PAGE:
Auctions are a fun way to shop. There are always surprises in the inventory, and the excitement in the crowd when something gets a lot of bids is intoxicating. It can be addictive. People think they can get a bargain at auctions (and sometimes you can) but auctioneers do know what they are doing. Overall, auctions have gotten more sophisticated — and so has the audience.
We all revert back to kids and remember those moments when you wanted something only because someone else wanted it. This happens a lot at auctions and there are some of you out there who have full garages to prove it. Auctioneers talk fast to facilitate a sense of urgency, and this is what gets people to bid.
What you need to remember is that auctioneers get paid commissions. Auction houses make money from both the buyer and the seller. The auction house has an incentive to push the price as high as it will go. Buyer’s premiums and seller’s premiums typically run 10-30 percent of the hammer price.
If you are selling through an auction house, they generally will offer a free appraisal. You need to keep in mind that the auctioneer has a selling strategy in mind, and the value they come up with may not be all that accurate. The auctioneer considers what it will cost them to sell the item. If you have a large piece of furniture, the auction house will need to consider the cost of labor to transport, store and photograph it. The “appraisal” value will come in lower than it would if the object was something they were eager to sell. Again, considering that unwieldy large piece of furniture, the auctioneer may take it to sell if there are other higher-valued objects that they know they can do well with. If you pay for an appraisal, you will have a more accurate value and you will be advised on the best venue to sell.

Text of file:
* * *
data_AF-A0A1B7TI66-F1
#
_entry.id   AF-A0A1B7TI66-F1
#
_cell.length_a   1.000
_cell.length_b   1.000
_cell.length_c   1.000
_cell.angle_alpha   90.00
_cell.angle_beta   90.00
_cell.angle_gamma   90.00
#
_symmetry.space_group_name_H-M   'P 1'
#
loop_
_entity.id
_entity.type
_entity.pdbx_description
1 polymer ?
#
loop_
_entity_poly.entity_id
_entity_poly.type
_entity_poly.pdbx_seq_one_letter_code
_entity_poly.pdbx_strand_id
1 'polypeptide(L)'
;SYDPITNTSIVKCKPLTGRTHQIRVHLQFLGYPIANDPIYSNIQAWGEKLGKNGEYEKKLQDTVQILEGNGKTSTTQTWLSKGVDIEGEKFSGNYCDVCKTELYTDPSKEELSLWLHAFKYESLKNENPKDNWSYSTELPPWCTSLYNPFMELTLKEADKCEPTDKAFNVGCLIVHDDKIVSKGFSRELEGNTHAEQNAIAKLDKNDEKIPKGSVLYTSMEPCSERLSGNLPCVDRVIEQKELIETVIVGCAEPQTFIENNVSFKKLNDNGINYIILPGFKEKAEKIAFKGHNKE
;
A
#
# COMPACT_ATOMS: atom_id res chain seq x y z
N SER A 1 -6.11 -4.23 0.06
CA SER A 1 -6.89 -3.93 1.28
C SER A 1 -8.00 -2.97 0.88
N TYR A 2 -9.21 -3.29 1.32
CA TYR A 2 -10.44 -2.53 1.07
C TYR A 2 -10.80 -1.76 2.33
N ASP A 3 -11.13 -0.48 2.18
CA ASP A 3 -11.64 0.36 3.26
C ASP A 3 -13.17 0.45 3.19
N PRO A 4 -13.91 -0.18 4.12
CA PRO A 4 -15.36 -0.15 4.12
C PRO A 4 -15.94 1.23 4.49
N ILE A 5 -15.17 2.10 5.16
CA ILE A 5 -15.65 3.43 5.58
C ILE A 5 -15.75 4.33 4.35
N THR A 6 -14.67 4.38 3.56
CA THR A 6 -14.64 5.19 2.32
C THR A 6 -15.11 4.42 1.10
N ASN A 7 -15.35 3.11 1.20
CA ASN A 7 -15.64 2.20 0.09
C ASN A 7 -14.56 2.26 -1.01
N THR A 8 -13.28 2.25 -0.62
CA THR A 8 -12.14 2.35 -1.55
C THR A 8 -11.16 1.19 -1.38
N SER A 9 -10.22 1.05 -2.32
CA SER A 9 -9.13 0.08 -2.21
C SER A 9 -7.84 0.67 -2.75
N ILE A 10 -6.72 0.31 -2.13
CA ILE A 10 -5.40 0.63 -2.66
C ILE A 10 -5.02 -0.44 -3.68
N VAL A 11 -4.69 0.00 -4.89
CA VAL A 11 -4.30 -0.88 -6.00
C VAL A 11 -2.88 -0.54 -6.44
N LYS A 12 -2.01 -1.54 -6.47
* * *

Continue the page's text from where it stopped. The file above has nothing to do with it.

Estimate ranges for auctions are not always an accurate barometer for what something is worth. If you look in some auction catalogs, some items may not have much identifying details because the auctioneer has not done enough research or does not have much knowledge about it. More caution should be taken with an online auction as they are notorious for selling fakes. Do your homework before you put your paddle up! General rule: buy things you really want or need and do not buy as an investment.
Karen Waterman is a fine art, antique furniture and decorative arts appraiser in the East Bay area and will answer as many questions about your own “hidden treasures” as possible. By sending a letter of email with a question, your give full permission for use in the column. Names, addresses or e-mail will not be published and photos will be returned if requested. Send e-mails (digital photos are encouraged) to email@example.com. Send snail mail to East Bay Newspapers, Attn. Karen Waterman, P.O.Box 90, Bristol, RI 02809.Add to favorites